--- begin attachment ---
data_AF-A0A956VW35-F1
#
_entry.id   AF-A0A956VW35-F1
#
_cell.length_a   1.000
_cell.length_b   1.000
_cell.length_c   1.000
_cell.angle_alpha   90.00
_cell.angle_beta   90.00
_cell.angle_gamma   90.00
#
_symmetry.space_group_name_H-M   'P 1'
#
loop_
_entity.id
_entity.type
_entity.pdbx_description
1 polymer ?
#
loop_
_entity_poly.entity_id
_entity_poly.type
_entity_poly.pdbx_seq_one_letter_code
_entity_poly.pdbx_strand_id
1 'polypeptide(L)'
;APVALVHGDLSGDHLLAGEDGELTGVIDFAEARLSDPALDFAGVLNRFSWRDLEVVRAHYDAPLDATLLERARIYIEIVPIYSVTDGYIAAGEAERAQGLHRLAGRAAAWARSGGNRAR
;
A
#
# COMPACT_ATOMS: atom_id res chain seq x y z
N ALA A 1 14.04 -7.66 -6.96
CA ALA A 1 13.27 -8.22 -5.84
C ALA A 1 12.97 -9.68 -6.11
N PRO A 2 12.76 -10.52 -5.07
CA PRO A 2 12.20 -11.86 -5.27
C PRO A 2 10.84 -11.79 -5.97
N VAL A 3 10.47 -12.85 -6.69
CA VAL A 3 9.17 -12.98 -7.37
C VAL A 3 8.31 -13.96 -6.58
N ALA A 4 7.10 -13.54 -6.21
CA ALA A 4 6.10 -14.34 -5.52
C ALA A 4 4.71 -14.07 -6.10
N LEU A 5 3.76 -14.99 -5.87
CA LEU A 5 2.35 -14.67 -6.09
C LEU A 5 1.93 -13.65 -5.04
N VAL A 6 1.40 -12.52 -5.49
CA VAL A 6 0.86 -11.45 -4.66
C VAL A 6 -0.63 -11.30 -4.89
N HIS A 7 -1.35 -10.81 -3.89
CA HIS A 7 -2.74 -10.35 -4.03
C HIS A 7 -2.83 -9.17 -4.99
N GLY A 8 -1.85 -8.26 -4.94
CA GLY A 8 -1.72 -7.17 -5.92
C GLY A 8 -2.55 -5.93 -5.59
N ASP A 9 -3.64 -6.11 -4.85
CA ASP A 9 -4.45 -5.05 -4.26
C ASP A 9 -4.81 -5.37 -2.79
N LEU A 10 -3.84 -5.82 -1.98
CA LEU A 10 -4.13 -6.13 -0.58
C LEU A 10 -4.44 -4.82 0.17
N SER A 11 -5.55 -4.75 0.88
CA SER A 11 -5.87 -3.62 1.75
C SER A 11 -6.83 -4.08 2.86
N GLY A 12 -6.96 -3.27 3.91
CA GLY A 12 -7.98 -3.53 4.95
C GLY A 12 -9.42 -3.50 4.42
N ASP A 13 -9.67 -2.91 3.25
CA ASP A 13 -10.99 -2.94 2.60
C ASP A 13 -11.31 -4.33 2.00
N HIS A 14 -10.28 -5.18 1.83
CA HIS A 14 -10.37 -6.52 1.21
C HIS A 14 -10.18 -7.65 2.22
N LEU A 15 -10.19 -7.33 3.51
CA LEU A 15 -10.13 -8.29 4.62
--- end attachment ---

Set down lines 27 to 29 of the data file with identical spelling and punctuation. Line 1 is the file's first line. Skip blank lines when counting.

;
A
#